OPINION

Held to ransom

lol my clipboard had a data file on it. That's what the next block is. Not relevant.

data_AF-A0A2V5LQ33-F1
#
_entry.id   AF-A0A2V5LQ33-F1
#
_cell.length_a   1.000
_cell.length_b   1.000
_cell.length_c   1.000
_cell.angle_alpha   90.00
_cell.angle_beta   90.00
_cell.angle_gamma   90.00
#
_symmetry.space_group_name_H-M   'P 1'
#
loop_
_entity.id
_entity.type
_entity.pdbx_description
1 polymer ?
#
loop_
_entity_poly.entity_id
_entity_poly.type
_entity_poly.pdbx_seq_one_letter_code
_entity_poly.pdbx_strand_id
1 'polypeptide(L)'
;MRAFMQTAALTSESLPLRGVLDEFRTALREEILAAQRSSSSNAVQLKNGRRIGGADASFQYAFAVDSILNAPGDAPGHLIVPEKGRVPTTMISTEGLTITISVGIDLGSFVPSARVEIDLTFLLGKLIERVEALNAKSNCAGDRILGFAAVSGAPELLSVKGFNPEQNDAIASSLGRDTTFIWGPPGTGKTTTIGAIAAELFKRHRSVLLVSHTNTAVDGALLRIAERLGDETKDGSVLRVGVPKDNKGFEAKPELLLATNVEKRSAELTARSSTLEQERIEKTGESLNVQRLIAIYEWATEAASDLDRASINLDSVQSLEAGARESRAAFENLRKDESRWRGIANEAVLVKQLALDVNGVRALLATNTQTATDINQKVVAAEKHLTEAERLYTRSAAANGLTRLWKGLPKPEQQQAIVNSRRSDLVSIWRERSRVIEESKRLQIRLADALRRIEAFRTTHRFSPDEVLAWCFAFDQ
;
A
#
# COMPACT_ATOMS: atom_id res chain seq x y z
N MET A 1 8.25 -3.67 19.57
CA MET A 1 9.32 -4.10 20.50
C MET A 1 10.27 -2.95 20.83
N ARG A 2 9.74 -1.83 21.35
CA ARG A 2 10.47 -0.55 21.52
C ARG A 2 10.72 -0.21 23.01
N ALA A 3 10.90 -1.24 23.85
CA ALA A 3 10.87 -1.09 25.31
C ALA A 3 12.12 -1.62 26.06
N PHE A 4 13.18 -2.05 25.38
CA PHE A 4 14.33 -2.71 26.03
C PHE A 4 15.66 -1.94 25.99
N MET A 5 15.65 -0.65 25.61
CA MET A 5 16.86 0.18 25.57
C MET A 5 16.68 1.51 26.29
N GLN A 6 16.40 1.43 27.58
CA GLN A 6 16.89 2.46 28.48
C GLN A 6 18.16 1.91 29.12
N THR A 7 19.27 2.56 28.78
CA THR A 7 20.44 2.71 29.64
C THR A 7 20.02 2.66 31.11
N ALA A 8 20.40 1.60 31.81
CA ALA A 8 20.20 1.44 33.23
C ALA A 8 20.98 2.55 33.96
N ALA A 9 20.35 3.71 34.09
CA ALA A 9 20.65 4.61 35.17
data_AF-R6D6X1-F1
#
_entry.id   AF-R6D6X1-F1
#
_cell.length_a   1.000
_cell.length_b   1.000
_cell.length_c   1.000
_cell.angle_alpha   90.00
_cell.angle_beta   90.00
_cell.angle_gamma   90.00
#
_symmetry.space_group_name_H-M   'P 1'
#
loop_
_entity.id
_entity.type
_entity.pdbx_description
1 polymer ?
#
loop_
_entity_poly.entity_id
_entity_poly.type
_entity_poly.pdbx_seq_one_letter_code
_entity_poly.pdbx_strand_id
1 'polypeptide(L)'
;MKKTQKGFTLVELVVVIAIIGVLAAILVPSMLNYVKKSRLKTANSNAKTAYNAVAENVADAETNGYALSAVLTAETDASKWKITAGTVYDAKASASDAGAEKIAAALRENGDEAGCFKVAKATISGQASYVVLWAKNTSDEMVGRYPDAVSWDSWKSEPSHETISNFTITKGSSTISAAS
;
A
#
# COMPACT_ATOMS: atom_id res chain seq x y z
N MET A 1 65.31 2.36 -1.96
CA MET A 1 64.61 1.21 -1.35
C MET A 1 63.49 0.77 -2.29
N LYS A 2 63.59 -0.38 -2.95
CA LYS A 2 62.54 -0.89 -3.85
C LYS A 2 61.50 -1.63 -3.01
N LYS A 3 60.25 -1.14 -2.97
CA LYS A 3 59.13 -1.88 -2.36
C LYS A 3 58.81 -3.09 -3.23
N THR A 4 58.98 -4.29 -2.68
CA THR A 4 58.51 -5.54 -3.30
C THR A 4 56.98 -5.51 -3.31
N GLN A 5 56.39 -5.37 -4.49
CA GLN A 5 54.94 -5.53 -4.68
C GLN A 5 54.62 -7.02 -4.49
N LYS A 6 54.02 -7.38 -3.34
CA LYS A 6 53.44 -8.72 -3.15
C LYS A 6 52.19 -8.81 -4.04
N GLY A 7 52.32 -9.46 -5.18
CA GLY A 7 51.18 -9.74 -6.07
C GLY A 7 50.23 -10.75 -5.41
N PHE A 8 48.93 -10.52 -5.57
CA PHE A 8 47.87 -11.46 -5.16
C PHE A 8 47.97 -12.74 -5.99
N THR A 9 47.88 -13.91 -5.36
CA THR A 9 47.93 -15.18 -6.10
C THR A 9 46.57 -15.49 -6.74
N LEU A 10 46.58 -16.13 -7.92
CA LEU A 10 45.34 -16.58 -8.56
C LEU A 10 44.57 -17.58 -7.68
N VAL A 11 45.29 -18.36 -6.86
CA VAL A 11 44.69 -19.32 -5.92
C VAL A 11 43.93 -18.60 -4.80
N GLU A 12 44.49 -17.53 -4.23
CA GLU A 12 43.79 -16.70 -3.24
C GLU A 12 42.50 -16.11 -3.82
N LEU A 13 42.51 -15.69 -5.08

It appears that the government has landed itself in a real mess over the matter of contract workers, and it is unlikely to extricate itself unscathed. Although promises over contract workers formed part of its election campaign, New Democracy’s intentions were honorable: to put an end to a labor regime inextricably linked to client relations and to patronage by every government and political party. When the current prime minister made his pre-electoral promise, he was evidently unaware of the size and complexity of the problem. Indeed, anyone with any insight into the matter was amazed at his pledge to give permanency to 250,000 contract workers. It would be necessary to marshal all tenuous links to the State for so many citizens to be satisfied. And when the figures rise this high, it is not just the workers that are held to ransom but also the State itself. The organization of short-term contracts is so ambiguous that the adoption of any fixed criteria – such as that of «permanent needs» – only served to make things more complicated! These needs should have been defined – including certain individuals and rejecting others – but this would have radically reduced the number of contract workers benefiting from new legislation, which would have put the government at risk of being condemned as inconsistent and unfair…